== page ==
Go down into a flint mine
If you like to get your adrenaline pumping, a trip down into this former flint mine will not disappoint. At Spiennes, there are thousands of mines hidden underground, dug by Neolithic man 6,000 years ago. Keen to find the raw materials to make tools, in particular polished axes, they extracted flint and turned it into what they need. The Iron Age had not begun yet, so everyone had to make do with what they could find!
Au patrimoine mondial de l'UNESCO
The size of the area mined (over 100 hectares), its archaeological potential, the period over which it was used… All of this resulted in its recognition as a UNESCO World Heritage site in December 2000. The Neolithic flint mines in Spiennes are included on this spectacular list alongside the Great Wall of China, the Historic Sanctuary of Machu Picchu in Peru, and the Taj Mahal in India. Quite illustrious company!It’s definitely worth a trip 10 metres underground.
Kitted outwith a safety harness attached to a “stop-fall” device, I step into the unknown and put my foot on the first rung of the ladder. The climb will take a few minutes and lead me right into the depths of the mine. Jonathan, the site caretaker, checks the safety points. Everything is ok. I start my descent with a mixture of curiosity and excitement. I lower myself down at my own pace as the natural light disappears, and I’m soon touching firm ground in an area of about twenty square metres, with white, chalky walls. A look round shows me rooms held up with pillars, linked up to each other by tunnels to other parts of the mine. At regular intervals through the chalk you can see banks of grey and black flint, a coveted commodity.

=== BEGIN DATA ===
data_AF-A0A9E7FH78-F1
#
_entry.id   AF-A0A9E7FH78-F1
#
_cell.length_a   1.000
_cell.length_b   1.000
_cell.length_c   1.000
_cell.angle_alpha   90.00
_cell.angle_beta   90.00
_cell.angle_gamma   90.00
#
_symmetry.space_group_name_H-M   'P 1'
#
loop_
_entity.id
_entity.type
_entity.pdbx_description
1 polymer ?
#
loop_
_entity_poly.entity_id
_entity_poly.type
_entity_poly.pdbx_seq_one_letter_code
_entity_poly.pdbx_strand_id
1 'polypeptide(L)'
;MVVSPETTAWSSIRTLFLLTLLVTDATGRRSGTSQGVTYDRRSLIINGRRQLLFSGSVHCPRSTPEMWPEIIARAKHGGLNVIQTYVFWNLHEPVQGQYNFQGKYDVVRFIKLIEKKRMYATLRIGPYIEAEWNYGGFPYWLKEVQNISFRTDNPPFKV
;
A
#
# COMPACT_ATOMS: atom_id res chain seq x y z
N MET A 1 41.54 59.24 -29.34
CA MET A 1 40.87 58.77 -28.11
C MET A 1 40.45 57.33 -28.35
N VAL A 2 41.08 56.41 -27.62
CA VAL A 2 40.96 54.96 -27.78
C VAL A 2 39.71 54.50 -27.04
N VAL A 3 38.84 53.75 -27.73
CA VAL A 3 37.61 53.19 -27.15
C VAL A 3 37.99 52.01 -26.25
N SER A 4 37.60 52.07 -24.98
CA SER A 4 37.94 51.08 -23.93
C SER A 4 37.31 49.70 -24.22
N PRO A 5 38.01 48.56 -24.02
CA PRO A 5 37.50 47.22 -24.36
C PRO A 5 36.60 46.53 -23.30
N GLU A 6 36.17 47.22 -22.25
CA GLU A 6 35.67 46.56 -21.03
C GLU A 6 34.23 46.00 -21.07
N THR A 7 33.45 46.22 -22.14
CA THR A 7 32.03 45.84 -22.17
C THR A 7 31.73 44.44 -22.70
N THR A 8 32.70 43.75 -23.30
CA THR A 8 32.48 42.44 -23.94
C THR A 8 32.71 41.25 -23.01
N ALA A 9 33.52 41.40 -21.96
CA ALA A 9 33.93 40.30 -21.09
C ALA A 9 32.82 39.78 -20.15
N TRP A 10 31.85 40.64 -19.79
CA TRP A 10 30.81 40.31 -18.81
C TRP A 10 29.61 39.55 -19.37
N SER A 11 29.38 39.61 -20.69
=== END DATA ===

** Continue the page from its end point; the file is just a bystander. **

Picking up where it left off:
Une visite avec un guide archéologue
After a few moments of silence and wonder, our archaeologist guide tells us about this totally alien environment. What a treat to be able to share our questions with these researchers to understand life back then. Here, mankind demonstrated real genius by digging, organising and transforming this heavy raw material. We learn how it took about 2 months to mine one particular area before coming out and digging a bit further on. Our ancestors demonstrated real technical expertise in their mining methods, well before they could have had the benefit of electricity!The work was apparently done using natural light, as there is no way of saying with any certainty that fire was brought down here. It’s a very special moment when the lights are switched off and we experience the same conditions as those that they would have had to work in.
If you’re not keen on this experience, the centre has lots of other areas where you can see what the archaeologists have unearthed here and understand how the site was organised. Themural shows you all of humanity’s main discoveries, and the central space explains the different zones of archaeological research. If you’re pregnant or under 12, you can’t go down into the mine, but there’s a screening room where you can see what it would be like down there. After visiting this site, you will appreciate the qualities exhibited by our ancestors“Ingenuity, know-how, experience, and above all, real courage, in other words, the timeless qualities of real miners”, according to our archaeologist guide.